This morning I happened upon John Piper’s introduction to the “Nashville Statement“. Apparently leaders within the Evangelical community found it pertinent to reintroduce, in a sense, what they describe as God’s view of human sexuality. Unsurprisingly, this supposed manifesto takes umbrage with any form of human sexuality that is not explicitly heterosexual, monogamous, and within the confines of marriage.
Never mind the reality that society is still painfully short of granting everyone respect, personal agency, and equality. The Nashville Statement is reckless and tone-deaf, intimating that mainstream Christian views are somehow ‘under attack’ while proclaiming that those that don’t adhere to them are ruining humanity. This is a bigoted declaration that, while saying nothing new, aims to control people and assert a particular view of Christianity as morally superior.
What’s laughable, if not terrifying, is the reality that they even wrote this dumpster fire of a document concerning “sexual purity” when many of its creators voted for Trump. To persistently defend and continue to support an individual that literally bragged about being a sexual predator (I’m looking at you, Tony Perkins!) is bad enough. But then to publish some obscene rhetoric that purports to know the magical truth of what human sexuality is, self-proclaim the authority of knowing God’s vision for humanity, and attempt to control how others live their life? It’s dreadfully hypocritical.
This whole episode angers me for many reasons, despite the fact that it is nothing new or surprising. No one is threatening the way of life of mainstream Christianity. To pretend the faith is threatened creates a false notion of victim-hood, when the truth is that criticizing Christianity where it attempts to discriminate others is an important practice. Free speech, while permitting us to speak our minds, does not allow us to intimidate, condemn, or control others. The notion that Christianity is under attack has no basis in reality; instead, it’s a reactionary ploy because Christian rhetoric is no longer blindly accepted and adhered to at-large in the public square.
That’s not to say Christians aren’t entitled to speak their minds about their faith. That’s perfectly acceptable, even as I (and others) have the freedom to lament such speech when it is abominable and discriminatory. What’s unjustifiable, however, is to attempt to legislate the lives of others based on your values and beliefs. To discriminate under the guise of religious authority is terrifying, yet it remains a tactic that works with overwhelming success.
When Christian doctrine concerning sexuality is publicly criticized, apologists will often insist a couple of things:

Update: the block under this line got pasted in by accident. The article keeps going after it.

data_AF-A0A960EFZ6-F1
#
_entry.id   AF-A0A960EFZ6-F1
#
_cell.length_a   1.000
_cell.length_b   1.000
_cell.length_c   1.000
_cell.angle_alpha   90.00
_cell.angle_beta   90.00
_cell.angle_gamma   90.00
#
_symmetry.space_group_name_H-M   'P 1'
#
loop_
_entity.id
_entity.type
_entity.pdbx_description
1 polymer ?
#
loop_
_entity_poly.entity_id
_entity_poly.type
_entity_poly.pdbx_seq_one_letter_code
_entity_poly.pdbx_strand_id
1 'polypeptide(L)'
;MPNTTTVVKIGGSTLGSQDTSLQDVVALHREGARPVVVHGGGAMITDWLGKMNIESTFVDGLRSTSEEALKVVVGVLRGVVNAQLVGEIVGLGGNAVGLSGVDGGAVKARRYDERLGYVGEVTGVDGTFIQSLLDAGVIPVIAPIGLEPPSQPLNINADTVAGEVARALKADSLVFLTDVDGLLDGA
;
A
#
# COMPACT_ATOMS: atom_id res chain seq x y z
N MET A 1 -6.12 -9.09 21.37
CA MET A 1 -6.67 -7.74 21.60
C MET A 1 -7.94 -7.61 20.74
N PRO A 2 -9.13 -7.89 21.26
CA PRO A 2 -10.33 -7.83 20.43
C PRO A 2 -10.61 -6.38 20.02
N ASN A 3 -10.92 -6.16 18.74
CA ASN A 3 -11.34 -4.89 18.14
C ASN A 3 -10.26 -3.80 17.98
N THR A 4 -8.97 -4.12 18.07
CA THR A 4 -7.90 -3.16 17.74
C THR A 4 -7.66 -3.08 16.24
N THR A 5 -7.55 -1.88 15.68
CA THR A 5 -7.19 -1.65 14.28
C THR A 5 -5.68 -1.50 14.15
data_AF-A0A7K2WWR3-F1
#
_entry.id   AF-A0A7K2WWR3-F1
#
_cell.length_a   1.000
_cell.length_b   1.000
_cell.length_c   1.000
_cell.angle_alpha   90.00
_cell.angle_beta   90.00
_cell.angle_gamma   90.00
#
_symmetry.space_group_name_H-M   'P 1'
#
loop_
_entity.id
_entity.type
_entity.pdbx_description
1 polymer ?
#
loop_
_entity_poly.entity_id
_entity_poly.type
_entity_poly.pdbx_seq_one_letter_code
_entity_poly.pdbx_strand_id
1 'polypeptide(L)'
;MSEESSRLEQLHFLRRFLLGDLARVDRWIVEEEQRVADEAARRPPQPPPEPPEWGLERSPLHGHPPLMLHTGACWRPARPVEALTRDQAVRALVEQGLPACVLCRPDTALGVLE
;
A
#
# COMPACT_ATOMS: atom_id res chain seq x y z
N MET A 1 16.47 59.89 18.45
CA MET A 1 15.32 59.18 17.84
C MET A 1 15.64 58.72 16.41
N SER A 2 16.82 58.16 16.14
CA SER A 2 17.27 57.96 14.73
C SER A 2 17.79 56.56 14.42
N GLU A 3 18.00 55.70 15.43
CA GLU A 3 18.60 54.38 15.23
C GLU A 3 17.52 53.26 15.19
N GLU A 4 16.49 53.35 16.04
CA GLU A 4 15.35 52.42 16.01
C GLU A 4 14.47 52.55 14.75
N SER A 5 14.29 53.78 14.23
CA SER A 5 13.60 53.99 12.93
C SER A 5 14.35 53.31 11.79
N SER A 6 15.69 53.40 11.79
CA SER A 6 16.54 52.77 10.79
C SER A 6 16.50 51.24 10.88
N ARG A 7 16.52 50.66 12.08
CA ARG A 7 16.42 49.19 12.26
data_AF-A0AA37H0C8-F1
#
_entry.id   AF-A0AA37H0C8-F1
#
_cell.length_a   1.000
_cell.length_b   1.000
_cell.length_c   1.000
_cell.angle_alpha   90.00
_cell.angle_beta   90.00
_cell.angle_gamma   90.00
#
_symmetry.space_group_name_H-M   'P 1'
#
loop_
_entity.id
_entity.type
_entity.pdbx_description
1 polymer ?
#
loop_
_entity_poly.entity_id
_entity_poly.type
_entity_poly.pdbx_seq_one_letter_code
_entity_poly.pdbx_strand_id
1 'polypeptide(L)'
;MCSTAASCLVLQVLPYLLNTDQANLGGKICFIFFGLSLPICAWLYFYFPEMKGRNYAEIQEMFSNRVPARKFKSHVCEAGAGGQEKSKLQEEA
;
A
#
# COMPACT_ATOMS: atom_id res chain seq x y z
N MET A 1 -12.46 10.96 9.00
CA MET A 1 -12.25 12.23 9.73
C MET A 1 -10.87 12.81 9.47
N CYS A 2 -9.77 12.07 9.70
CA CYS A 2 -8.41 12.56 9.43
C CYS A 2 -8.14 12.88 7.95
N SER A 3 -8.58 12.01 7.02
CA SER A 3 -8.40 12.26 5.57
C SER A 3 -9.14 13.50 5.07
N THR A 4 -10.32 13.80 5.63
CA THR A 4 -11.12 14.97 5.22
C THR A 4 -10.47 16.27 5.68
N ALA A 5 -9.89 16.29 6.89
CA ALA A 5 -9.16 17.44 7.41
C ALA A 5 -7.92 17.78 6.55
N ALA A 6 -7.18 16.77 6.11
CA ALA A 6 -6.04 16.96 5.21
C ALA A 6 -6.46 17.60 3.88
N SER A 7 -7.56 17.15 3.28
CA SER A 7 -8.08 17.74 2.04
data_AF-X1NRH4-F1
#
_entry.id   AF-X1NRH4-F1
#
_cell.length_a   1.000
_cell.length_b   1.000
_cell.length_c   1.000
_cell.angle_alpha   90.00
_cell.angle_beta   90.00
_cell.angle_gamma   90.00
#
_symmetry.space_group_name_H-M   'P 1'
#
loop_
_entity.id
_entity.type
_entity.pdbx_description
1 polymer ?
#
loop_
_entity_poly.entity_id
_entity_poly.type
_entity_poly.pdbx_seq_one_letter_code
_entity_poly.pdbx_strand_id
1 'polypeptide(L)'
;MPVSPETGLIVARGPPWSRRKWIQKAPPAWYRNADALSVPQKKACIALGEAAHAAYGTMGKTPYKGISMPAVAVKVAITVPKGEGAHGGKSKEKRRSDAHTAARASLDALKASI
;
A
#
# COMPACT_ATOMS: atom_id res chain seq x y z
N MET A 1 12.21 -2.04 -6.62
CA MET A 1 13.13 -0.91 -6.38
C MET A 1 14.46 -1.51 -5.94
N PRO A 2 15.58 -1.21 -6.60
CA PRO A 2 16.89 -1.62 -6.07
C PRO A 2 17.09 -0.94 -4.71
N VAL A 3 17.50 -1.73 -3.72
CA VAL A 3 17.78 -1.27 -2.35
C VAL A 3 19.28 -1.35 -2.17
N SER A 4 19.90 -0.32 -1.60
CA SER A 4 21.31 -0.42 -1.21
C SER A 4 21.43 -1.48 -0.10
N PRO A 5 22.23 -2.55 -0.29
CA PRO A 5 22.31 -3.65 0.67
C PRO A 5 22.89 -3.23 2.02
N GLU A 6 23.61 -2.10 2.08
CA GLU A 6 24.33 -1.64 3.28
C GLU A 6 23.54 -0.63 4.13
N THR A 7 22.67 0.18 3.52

- Folks like me who clamor for tolerance are intolerant of their beliefs.
- Society permitting individuals to marry any consenting adult they please, and allowing people to determine for themselves their sex/gender identity, is an infringement upon one’s right to practice their faith.
I’ll tackle these in order. First, I’m not intolerant for criticizing one’s beliefs when they contradict the notion of equality. As I stated above, people are entitled to maintain whatever beliefs they choose, inasmuch as they do not prohibit or affect the lives of others. But tolerance, by nature, must be intolerant of intolerance.
Secondly, no one’s life is being negatively impacted because two women can marry each other or because transgender individuals are fighting for the same rights and agency as everyone else. Obsessing with how others choose to live their lives, when it has absolutely no effect on your own life, is an awkward exercise to undertake. More awkward still is claiming that your values and way of life is threatened because others aren’t living just like you.
You are allowed to go to whatever Church you choose; to proclaim whatever belief you have concerning marriage; to state your beliefs regarding the concept of heaven/hell and who’s going where; to celebrate holidays that remain meaningful to your faith tradition. You know what you don’t get to do? Claim discrimination if you maintain intolerant views that are criticized or claim that marriage equality, transgender rights, et al. is degrading your personal life. And you especially do not get to create laws that actually discriminate against folks who believe, love, and live differently than you – and then pretend America is a great nation that promotes equality.
I suspect there will be conservative Christian leaders in the future that re-author such beliefs, maintaining fervently that they aren’t discriminatory, but simply echoing ‘God’s will’. If condemning others that refuse to live and play by your rules is ‘God’s will’, you can have that god. I’ll be over here trying to figure out what it means to love and live in community with those your faith rejects, no matter how many times I find I’m still a work in progress.